How is congenital lobar emphysema (CLE) differentiated from Swyer-James syndrome?

Updated: Apr 08, 2019
  • Author: Beverly P Wood, MD, MSEd, PhD; Chief Editor: John Karani, MBBS, FRCR  more...
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Answer

Answer

Congenital lobar emphysema (ie, congenital lesion) should be differentiated from Swyer-James syndrome (ie, acquired pulmonary abnormality secondary to infection).

In Swyer-James syndrome, infection results in the following:

  • Vascular compromise

  • "Pruning" of peripheral pulmonary vasculature

  • Small but hyperlucent lung (as the opposite, normal lung grows, the involved lung does not grow and appears more radiolucent)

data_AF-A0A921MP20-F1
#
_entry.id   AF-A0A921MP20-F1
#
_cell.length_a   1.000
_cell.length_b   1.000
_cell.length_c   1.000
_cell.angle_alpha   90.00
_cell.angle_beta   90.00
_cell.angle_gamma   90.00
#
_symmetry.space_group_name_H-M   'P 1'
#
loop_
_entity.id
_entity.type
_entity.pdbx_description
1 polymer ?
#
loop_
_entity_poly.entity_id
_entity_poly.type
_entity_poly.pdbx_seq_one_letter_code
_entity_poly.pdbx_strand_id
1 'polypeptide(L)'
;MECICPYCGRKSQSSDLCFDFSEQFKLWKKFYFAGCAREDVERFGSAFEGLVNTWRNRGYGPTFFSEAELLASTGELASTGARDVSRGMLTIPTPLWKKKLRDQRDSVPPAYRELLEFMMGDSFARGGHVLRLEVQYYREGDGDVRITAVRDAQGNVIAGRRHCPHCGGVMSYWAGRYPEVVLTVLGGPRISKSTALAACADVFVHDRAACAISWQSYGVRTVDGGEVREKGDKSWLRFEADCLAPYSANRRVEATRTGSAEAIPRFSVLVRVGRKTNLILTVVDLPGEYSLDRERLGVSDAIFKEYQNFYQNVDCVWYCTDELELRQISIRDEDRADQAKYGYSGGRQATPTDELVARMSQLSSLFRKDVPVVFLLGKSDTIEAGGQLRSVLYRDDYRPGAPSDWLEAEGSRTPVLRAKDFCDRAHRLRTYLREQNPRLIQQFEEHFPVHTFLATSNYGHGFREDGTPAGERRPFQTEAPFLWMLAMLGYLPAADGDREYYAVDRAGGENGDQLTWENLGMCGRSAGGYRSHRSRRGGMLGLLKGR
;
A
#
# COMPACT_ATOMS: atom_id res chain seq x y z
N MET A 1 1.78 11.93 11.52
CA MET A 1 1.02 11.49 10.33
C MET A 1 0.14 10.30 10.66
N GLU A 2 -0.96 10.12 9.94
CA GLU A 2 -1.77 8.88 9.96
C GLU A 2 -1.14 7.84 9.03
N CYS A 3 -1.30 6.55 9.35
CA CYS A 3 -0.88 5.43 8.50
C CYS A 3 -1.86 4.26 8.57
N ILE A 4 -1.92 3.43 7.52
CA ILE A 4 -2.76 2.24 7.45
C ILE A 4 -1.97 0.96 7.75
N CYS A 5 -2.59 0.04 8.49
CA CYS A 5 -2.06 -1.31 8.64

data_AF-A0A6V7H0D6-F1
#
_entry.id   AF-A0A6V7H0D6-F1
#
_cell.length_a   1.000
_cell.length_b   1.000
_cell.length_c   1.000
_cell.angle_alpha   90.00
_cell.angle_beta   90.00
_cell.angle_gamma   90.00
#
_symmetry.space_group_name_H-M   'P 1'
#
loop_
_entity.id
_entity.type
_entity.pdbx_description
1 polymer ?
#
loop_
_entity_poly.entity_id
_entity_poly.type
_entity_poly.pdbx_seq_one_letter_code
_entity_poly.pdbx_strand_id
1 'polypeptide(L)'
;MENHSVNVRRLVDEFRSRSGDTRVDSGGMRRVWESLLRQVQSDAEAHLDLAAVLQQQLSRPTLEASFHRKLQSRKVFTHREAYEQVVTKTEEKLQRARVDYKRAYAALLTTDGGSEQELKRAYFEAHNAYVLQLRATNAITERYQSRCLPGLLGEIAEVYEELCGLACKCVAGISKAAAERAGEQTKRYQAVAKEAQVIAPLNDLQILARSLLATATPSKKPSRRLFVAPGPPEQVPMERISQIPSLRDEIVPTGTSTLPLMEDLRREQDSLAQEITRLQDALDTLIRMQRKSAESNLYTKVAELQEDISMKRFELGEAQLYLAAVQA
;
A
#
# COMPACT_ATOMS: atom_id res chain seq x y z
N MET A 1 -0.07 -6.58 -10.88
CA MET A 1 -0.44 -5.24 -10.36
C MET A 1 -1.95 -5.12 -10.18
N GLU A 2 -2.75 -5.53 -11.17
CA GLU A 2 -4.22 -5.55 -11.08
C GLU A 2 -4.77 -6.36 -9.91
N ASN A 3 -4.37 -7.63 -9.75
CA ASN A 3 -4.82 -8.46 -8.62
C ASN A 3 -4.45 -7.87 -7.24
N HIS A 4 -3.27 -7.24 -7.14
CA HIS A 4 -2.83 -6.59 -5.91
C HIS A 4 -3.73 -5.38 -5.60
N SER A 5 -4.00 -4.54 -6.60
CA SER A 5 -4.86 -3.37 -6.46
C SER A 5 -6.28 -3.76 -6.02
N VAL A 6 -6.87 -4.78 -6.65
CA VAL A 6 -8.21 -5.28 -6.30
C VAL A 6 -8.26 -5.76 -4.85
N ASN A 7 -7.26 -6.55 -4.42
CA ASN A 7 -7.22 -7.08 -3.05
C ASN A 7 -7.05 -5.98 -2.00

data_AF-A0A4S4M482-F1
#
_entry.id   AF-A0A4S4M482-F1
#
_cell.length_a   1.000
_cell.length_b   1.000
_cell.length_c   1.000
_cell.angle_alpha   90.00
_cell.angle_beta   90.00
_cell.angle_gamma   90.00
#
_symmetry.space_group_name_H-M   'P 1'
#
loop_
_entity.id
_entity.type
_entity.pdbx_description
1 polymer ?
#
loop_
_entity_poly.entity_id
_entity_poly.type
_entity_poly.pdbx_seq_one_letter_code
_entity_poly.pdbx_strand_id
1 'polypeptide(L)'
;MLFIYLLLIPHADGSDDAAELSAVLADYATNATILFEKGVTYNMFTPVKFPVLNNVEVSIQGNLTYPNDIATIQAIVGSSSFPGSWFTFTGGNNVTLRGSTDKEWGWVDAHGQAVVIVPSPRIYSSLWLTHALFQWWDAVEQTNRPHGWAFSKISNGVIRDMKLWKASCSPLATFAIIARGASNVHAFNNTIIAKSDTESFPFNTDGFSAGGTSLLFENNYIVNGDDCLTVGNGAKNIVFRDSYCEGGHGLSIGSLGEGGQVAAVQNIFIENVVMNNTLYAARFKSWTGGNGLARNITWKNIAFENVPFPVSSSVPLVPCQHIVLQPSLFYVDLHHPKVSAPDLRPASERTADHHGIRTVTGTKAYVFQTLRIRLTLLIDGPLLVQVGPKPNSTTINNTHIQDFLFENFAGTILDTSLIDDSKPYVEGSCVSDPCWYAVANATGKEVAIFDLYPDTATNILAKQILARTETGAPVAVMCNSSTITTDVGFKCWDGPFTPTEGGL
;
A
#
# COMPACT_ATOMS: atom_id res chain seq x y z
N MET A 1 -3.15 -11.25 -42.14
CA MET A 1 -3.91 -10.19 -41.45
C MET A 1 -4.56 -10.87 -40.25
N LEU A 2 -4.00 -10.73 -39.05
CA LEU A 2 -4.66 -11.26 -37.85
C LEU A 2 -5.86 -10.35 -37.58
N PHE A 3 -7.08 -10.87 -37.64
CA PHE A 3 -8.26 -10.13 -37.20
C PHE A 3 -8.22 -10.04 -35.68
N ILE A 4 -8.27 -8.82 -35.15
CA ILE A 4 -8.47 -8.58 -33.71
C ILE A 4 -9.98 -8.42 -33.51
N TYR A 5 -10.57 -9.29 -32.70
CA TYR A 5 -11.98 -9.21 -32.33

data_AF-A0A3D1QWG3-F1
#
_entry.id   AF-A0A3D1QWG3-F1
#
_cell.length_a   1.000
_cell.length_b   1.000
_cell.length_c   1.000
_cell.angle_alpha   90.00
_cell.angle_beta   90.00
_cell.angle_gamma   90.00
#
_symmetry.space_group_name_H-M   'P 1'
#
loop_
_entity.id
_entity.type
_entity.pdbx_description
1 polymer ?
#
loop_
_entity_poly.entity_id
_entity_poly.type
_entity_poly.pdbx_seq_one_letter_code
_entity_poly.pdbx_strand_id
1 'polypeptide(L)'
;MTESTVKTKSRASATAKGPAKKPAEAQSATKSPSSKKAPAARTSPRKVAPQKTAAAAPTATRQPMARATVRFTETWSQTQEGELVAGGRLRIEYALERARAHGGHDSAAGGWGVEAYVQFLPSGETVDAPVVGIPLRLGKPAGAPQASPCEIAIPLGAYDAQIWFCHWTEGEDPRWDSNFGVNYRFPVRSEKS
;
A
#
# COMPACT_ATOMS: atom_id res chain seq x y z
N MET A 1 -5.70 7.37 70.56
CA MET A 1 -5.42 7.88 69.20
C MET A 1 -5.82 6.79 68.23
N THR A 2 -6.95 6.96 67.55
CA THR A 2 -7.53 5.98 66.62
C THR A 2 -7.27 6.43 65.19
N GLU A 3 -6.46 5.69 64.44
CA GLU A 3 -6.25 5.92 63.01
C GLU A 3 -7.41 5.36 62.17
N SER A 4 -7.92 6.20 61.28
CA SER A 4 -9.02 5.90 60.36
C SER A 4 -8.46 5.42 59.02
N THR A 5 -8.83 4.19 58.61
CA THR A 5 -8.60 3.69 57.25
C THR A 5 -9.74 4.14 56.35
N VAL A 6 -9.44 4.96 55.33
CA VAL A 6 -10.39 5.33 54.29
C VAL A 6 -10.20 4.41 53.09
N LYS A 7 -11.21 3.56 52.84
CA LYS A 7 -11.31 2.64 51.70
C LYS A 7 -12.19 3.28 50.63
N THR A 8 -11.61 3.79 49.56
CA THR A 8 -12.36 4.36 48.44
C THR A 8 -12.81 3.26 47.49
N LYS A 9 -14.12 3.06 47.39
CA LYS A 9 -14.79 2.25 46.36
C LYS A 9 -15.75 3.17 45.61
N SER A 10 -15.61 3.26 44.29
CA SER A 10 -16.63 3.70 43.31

Swyer-James, like CLE, appears as hyperlucency localized to one or several lobes of the lung with the entire affected lung having markedly reduced parenchyma and vascular density. The key distinguishing factors that differentiate Swyer-James from CLE is an acquired form of segmental emphysema that arises as a sequela of bronchopulmonary infection in childhood resulting in bronchiolitis obliterans and distal airspace destruction. [7]


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